ASICs built for the Blake2B algo are hashing on the Hyperspace network cranking the difficulty and therefore making a 51% attack very expensive to carry-out even at the early stages of the project.
The blockchain is in charge of securing transactions and storage smart-contracts that occur on the network. Data isn’t stored in the blockchain, that would make the blockchain too large for anyone to run a node and way too slow to transact.
There are several mining pools available to help to maintain the network hashrate decentralized. https://miningpoolstats.stream/hyperspace
Airdrop and Coin Supply
3 billion Space Cash are reserved for founders reward and is locked in for 3 years. 3.5 billion Space Cash was generated for a 10 to 1 airdrop to current holders of Siacoin. If you are uncertain about how to claim airdropped coins, there are a number of guides that cover the basics of airdrops.
The block time is 10 minutes and there is 144 blocks per day. 90% of each block reward goes to the PoW miners and 10% goes to the hyperspace community fund. This fund will be used to help further Hyperspace’s development such as getting listed on exchanges.
At the time of launch, the block reward was 60K Space Cash per block. Each block reduces by 0.2 Space Cash until the block reward reaches 6,000. Then it is fixed into the future.
Space Cash isn’t listed on exchanges right now. However, there’s an active OTC market on Discord.
Interview with Mark Huetsch
We had the chance to sit down with Mark the founder of Hyperspace and get his personal view on the project.
Luxor Tech (LT): What is Hyperspace trying to achieve?
Mark Huetsch (MH): Cheap, fast, private storage. We want to be AirBnB for hard drive space. Hyperspace provides a platform where anyone can easily plug in their computer to the network and offer up their extra hard drive space and bandwidth for rent. Likewise, renters can easily upload their data through an interface similar to Dropbox or Google Drive. Unlike Dropbox or Google Drive, all users’ data is encrypted locally before upload, so storage hosts have no access to it.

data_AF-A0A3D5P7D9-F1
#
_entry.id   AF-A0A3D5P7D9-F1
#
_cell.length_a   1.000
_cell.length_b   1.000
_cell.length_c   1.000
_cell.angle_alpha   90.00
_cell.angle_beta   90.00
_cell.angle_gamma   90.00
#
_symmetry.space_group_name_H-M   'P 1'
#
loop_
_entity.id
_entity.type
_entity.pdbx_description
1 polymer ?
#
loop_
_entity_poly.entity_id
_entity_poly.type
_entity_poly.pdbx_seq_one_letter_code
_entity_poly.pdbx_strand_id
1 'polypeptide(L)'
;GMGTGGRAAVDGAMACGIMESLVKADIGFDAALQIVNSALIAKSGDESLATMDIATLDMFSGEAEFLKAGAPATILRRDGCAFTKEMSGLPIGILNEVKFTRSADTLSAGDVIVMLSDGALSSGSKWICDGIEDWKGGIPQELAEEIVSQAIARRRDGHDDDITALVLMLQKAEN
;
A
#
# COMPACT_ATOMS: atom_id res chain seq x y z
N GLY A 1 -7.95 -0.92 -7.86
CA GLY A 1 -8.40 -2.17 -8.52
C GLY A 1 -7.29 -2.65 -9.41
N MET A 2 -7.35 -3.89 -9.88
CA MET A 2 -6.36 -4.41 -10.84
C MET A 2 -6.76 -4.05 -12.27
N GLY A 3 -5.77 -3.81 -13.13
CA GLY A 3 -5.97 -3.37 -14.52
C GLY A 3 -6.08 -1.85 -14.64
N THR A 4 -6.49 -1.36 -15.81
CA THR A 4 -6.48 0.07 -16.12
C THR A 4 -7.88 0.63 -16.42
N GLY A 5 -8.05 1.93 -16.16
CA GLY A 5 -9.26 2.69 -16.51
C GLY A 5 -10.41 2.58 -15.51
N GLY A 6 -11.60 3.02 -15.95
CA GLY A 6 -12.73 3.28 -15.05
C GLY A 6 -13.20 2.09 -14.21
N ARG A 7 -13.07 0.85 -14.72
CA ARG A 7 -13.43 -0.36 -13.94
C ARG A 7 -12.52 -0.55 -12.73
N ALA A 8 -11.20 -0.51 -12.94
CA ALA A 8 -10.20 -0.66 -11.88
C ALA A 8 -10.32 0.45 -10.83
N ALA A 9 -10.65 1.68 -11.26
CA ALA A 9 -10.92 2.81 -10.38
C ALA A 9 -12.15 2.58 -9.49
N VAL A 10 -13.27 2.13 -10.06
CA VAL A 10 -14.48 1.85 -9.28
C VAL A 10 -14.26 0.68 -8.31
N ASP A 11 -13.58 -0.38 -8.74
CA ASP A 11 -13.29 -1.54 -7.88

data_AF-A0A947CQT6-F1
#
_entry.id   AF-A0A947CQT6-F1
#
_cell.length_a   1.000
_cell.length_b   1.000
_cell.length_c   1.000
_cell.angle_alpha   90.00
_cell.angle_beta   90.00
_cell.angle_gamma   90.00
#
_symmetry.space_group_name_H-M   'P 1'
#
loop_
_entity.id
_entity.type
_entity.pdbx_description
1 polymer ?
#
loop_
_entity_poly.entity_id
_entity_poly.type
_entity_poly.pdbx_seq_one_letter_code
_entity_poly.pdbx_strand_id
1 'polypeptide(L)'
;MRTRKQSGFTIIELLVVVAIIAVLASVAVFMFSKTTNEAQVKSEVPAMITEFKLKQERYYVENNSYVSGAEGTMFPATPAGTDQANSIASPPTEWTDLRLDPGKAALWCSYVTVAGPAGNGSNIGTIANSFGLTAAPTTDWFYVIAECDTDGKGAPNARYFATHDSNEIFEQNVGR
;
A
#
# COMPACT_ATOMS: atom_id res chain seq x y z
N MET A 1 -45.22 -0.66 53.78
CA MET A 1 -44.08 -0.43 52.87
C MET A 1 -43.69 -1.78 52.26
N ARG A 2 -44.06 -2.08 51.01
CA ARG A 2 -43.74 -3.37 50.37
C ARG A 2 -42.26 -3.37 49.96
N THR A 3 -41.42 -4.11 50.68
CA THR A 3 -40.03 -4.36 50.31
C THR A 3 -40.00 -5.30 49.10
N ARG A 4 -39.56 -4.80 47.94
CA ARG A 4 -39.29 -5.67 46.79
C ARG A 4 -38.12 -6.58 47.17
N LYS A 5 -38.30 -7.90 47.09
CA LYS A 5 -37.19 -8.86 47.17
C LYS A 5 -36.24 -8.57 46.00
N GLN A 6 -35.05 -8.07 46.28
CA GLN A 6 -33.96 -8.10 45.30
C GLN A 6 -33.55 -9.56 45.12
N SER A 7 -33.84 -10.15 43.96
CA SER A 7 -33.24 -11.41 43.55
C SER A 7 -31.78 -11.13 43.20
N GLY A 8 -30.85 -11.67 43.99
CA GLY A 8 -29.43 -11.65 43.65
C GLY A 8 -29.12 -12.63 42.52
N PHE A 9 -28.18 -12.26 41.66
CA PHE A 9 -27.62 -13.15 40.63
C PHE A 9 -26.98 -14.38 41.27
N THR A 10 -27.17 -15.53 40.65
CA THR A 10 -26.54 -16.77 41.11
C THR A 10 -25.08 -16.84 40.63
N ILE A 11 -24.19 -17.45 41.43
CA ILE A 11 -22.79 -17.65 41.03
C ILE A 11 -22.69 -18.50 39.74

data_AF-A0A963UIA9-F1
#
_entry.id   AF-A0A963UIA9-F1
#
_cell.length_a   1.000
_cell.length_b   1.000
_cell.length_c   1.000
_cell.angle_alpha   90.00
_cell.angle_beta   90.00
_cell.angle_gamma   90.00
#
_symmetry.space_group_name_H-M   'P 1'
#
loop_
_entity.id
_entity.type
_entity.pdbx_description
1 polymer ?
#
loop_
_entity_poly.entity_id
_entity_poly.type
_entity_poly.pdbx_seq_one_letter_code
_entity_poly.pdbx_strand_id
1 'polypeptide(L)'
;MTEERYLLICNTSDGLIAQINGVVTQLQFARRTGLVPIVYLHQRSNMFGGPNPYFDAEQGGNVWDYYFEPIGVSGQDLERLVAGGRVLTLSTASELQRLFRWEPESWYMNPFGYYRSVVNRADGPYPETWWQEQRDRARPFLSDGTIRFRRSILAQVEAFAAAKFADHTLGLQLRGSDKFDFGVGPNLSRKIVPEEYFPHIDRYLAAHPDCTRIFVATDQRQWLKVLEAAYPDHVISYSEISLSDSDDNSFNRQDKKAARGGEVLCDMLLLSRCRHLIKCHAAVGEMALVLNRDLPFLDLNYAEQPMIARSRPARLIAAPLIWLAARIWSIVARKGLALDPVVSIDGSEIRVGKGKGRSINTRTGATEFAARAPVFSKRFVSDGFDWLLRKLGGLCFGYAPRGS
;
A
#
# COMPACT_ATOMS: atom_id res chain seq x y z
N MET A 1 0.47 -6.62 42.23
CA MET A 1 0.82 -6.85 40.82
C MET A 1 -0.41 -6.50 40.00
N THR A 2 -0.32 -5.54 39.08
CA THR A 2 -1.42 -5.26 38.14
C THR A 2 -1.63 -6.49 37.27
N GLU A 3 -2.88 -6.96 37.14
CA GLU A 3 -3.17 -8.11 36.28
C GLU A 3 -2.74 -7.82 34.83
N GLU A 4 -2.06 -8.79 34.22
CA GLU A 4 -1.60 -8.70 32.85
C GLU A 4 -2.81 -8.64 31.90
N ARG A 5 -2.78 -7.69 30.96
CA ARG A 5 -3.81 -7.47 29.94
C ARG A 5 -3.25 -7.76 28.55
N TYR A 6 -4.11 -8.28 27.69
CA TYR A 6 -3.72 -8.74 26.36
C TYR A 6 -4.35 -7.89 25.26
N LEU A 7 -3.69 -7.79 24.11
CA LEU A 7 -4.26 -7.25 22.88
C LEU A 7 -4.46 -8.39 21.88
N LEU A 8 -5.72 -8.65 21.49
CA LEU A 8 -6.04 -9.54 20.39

LT: Where do you see the project in a couple years? What is Hyperspace going to enable that can not be done with existing solutions?
MH: We’d like to be a household name. Once the hosting network is built out and we’ve optimized the user experience, we think people will feel right at home uploading and downloading via the network. We are particularly excited about video streaming, which is already coded and functional.
Because Hyperspace functions under the hood a bit like Bittorrent - where files are chopped up into pieces and uploaded or downloaded simultaneously via multiple p2p nodes - users should be able to enjoy fast video streaming via the network. This is a different architecture from both centralized storage providers like Dropbox and video service providers like Netflix. We think there are compelling technical, economic, and privacy reasons for deploying this new kind of platform.
LT: How Hyperspace differentiates from the Sia project? Why did you decide to fork from Sia?
MH: Sia is explicitly targeting enterprise users. They want users to operate a full node and have that node be responsible for cryptocurrency payments to the hosts and repairing the files on the network if some of the hosts go offline. The idea there is that a service like Dropbox or Netflix might use Sia as a backend and, when an end-user makes a data request, those enterprise clients will pull data from Sia to their local servers, then forward the gathered data to the end-user.